Stage Five- Into Spain! Âncora to A Guarda, 10 miles


We stagger our departures this morning so we can spend some time walking alone. I lose myself a bit after Emily leaves and a mini comedy of errors ensues. For several reasons, I end up setting out on my own with a half charged phone, a non-functioning charging bank and a less than stellar map. This triggers a minor panic attack but once I figure out which way to turn out of the hotel and find my first yellow arrow, I feel an exhilarating rush. I am reminded of who I am and that I have everything I need. I’ll find My Way.

With the ocean on my left and the wind at my back, I spend some time in contemplation of all the times in my life that I’ve been really, truly lost: in the woods on several different islands; on the bus in several different cities; on very, very long runs in several different countries; in the wrong state on one occasion; and for many hours spent driving north instead of south one time in Ireland. I have zero sense of direction. In case you are someone who believes that this is not a thing, and that some of us just need to pay better attention, I assure you- just like sight, sound and smell, direction is a sense and I don’t have it.

This line of thinking leads me, finally, to a memory of being lost with my sister, Carrie. This missing internal compass is a thing she and I shared. We once spent four hours looking for our rental car in the parking field at the Kentucky Horse Park. We finally collapsed onto the ground in the dark- tears of frustration turning to tears of laughter as we realized just how ridiculous our situation was. We sat next to a tree, back to back- alternately bitching about being lost and having in-depth conversations about the horses we’d seen at the World Equestrian Games that week. Once enough cars left and the sun started to come up, we found our car and amazingly, our way back to our hotel.

I find myself smiling at this memory and Carrie joins me here on the Camino, for a time. The quick cadence of her walk leads me out toward the sea across what seem like stony moors. We come across a huge, hut-sized stone with windows eroded into its smooth sides. In one window, a large cairn watches over a pool of stones and prayers and memories. Last night, I’d borrowed water colors to paint Carrie’s initials on a scallop shell. Today, she has me leave it here, in one of the most beautiful landscapes I’ve ever found myself in- a wild, rugged, open space where the wind whips up huge waves and horses live in large stone paddocks right up against the sea.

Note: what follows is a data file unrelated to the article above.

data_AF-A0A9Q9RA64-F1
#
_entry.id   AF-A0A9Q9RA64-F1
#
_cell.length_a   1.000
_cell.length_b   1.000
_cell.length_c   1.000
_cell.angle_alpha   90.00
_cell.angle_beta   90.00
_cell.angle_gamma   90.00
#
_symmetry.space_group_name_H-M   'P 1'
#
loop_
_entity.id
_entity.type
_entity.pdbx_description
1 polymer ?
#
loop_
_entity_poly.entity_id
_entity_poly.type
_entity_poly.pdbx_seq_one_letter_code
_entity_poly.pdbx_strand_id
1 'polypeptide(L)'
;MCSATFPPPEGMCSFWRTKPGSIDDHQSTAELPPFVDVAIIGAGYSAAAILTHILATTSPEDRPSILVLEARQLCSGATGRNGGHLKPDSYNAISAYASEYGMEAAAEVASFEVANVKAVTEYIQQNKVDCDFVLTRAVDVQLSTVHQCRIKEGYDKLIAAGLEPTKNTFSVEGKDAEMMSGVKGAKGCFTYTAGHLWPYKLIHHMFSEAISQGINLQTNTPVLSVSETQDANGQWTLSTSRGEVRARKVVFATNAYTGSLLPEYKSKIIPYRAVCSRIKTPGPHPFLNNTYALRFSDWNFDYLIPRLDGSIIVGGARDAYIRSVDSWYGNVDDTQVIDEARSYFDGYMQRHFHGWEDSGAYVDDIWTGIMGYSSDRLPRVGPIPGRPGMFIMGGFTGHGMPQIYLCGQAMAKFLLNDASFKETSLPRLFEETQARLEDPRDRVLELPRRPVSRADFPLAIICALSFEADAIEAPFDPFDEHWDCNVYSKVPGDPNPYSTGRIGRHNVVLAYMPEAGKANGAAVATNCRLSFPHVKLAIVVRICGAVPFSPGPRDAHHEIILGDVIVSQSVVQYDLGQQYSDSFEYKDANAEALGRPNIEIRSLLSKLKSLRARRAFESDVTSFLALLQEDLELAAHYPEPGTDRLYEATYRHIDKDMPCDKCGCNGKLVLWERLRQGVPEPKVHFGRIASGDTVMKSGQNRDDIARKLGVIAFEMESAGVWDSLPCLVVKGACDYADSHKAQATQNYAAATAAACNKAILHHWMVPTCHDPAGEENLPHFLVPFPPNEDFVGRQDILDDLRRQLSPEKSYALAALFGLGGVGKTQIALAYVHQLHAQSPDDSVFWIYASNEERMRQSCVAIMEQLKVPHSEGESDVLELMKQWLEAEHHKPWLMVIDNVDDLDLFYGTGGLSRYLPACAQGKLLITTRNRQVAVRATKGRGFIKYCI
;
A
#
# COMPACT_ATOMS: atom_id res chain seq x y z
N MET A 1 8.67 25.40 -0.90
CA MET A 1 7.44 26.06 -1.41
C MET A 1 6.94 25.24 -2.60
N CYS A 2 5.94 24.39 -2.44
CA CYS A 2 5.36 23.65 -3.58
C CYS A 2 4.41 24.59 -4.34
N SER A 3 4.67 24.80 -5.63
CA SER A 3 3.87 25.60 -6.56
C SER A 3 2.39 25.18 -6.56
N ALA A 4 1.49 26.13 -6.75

As I walk back toward The Way, alone again, I laugh out loud- Carrie would have loved the fact that instead of writing her initials on a smooth little stone off the beach, I’d used a scallop shell I’d pocketed from the hotel bar once the peanuts it had held were gone.



I meet up with Emily just in time for us to choose a longer alternate route through a pine forest. We’re always happy to hug the coast instead of going inland. We find ourselves in a giant-sized fort made of long-spined pines. Protected by a bushy canopy and walking on a mossy floor- we are kids in a secret forest. We meet an artist, sitting on a rock. She seems ethereal. With no pack and only a sketch pad on her lap, she is not a pilgrim. She must be a faery. We ask her to take our picture and she manages us like we are her art, to get just the right shot.

As we leave the trees and arrive at the water, we merge with a couple from Norway who plan to hire a boat from here instead of take the ferry from Caminha across to Spain. Yay! We were planning to walk further to the public ferry but this is exactly the adventure we’re hoping for. Seconds after the four of us wander up to a little shack with a sign that says TICKETS on it, a woman zooms up in a car to unlock the shack and sell us tickets to Spain. Once again, we are just in time. We make the short crossing over the stunning Rio Minho in a boat painted to look like a shark. We cuddle orange life jackets on our laps and suck in the familiar sea air. The trip is too short. It feels good to finally be on the water we’ve been walking alongside for days. We meet the edge of Spain abruptly, as the teeth of the shark snug up into the steep, sandy beach. We jump off and dig our feet into the sand of a new country. We say, “Abrigada!” to our skipper as he pushes off back to Portugal and say goodbye to Dirk and Wenche from Norway.

We thought the last forest was magic but the one that greets us here takes magic to a whole new level. It’s a labyrinth of trees painted with Celtic designs. Parts of Spirals and Triskels and Celtic Knots are painted in white on individual trees- and become whole only when the parts align as we pass. A playful and inspiring welcome.



There are a few things that I have long associated with Spain- horses, tapas, wine and beautiful countryside. This first day gives us a delicious dose of all of these. We follow boardwalks along the beaches as we did in Portugal. There’s a subtle shift in the language and we adapt our greetings along The Way. The sun is out. We find ourselves, part of a sparkling scape- an expansive sea is still to our left and distant villages cling to the hills on our right. There are few pilgrims but plenty of horses. Once again, they make me feel at home in a place I have never been.